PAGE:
Beginning in April, Prague Public Transport will begin conducting Covid sampling on public transportation, taking swabs of contact surfaces rather than passengers.
In a partnership with the Academy of Sciences and the Institute of Physics, DPP will attempt to collect at least 500 samples on trams, buses, and trains running throughout the city.
The program is said to be inspired by findings from other major metropolitan cities like London, where researchers found no evidence of the virus on public transportation.
Scientist will use biosensors and air extraction mechanisms to detect the presence of the Coronavirus. Within the trains they will be taking swabs of seats, poles, buttons, and handles. At metro stations, things like staircases, handrails, and benches will be sampled as well.
Airborne samples will also be taken while passengers are onboard the buses, trams and trains. To accomplish this, scientists will be using a technology developed by the Institute of Physics.
“Their (biosensors) is based on a specially designed polymer nanobrush that specifically captures coronavirus particles contained in a liquefied sample, ignoring everything else,” Alexandr Dejnek, head of research at the Institute of Physics told novinky.cz.
Similar research was conducted in shopping malls in a project funded by the Association of Shopping Centers. The study sampled surfaces like, bathroom door handles, escalators, and elevator buttons and found no trace of the virus among the several dozens of samples.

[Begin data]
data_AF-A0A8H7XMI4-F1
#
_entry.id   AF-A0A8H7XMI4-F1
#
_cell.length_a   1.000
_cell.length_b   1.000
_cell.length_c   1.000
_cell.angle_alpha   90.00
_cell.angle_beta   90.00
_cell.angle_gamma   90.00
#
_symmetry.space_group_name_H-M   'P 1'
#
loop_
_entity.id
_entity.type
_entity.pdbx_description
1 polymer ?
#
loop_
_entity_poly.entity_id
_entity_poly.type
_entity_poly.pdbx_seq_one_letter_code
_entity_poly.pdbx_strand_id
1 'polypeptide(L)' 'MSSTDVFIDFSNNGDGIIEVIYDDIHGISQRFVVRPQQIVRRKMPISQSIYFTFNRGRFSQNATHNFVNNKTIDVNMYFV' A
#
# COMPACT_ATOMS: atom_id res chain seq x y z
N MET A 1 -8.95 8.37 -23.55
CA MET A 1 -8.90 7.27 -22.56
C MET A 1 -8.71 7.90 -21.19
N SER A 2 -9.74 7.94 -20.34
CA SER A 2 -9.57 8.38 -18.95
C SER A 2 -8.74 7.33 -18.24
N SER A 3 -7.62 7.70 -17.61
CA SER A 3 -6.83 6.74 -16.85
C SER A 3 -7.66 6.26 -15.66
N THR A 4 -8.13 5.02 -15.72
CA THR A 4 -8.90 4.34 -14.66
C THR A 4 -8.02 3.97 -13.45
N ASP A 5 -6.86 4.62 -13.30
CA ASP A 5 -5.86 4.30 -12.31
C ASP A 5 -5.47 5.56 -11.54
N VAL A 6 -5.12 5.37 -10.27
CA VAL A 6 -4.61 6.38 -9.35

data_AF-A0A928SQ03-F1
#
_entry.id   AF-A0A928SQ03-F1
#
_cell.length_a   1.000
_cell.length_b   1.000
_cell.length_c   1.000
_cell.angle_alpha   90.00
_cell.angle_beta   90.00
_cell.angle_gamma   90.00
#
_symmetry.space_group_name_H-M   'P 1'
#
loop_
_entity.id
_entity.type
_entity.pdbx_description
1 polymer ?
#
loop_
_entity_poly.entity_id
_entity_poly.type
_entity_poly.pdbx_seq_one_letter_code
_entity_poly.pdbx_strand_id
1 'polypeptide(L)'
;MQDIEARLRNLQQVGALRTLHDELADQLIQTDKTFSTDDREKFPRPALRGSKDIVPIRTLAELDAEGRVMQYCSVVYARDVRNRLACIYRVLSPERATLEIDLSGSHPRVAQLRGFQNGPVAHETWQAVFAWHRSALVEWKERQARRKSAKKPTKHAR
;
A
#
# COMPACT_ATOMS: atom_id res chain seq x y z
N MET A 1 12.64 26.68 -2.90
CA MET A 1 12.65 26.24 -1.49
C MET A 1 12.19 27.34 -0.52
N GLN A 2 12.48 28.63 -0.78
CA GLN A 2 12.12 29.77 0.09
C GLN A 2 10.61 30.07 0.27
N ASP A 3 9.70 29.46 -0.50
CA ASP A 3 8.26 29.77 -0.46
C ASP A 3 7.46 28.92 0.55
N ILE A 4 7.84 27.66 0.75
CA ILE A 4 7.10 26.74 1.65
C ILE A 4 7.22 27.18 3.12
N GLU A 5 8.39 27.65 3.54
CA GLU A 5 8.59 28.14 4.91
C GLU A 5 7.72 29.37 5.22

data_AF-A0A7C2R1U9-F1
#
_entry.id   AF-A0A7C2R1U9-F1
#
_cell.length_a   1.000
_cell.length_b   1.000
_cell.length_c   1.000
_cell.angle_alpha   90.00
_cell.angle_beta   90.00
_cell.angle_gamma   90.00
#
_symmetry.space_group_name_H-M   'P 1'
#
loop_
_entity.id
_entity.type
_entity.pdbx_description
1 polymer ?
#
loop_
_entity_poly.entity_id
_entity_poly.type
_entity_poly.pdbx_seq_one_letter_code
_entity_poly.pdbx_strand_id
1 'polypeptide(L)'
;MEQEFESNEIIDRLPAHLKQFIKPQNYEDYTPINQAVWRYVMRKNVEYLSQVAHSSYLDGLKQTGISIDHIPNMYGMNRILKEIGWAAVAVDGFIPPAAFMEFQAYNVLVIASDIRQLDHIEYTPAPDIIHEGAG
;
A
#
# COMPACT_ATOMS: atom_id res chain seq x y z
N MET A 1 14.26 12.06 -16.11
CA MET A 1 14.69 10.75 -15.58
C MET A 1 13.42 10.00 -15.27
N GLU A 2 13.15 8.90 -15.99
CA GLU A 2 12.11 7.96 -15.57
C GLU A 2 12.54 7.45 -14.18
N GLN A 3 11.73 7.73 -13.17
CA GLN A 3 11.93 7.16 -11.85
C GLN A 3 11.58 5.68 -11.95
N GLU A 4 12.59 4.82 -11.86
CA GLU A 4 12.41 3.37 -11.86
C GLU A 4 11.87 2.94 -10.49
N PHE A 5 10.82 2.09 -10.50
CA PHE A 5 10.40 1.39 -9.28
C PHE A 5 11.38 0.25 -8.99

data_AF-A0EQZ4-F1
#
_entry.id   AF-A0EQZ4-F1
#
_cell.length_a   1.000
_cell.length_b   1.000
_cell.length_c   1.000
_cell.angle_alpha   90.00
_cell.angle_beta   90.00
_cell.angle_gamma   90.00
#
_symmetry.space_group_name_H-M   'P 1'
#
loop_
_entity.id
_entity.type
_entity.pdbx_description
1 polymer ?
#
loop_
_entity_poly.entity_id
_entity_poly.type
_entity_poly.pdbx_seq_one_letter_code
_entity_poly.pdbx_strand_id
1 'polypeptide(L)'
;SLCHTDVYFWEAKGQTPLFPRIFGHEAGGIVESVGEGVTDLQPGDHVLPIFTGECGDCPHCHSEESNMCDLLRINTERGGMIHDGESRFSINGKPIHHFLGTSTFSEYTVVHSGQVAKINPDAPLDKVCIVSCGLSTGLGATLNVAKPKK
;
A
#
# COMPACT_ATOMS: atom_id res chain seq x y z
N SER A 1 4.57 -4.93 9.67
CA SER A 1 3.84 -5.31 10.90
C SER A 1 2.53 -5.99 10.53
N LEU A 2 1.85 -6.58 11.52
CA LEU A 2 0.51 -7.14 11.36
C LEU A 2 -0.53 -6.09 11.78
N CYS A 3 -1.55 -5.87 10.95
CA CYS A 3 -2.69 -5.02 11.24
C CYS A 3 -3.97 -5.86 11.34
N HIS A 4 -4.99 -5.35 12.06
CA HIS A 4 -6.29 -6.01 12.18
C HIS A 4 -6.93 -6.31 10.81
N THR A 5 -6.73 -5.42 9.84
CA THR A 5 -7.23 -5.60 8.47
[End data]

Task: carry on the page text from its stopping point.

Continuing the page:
The program is expected to be fully up and running in April and 150 samples will be taken from buses along with another 150 from trams. Trains will provide at least 100 samples and down in the metro, at least 50 samples will be taken.
The metro stations chosen for sampling is based on strategic locations such as stops near large hospitals or areas with heavy foot traffic.
This program would be expanding on the existing safety measures Prague Public Transport has taken since the start of the pandemic. DPP has cleaned and disinfected their trains and buses daily, provided over 150 disinfectant dispensers near metro stations, and have begun selling respirators to passengers directly.
Most of the data will be compiled in České Budějovice at the University of South Bohemia as well as by scientists from the Institute of Physics.
According to DPP spokesman Daniel Šabík, they expect to produce findings sometime between May and June of this year.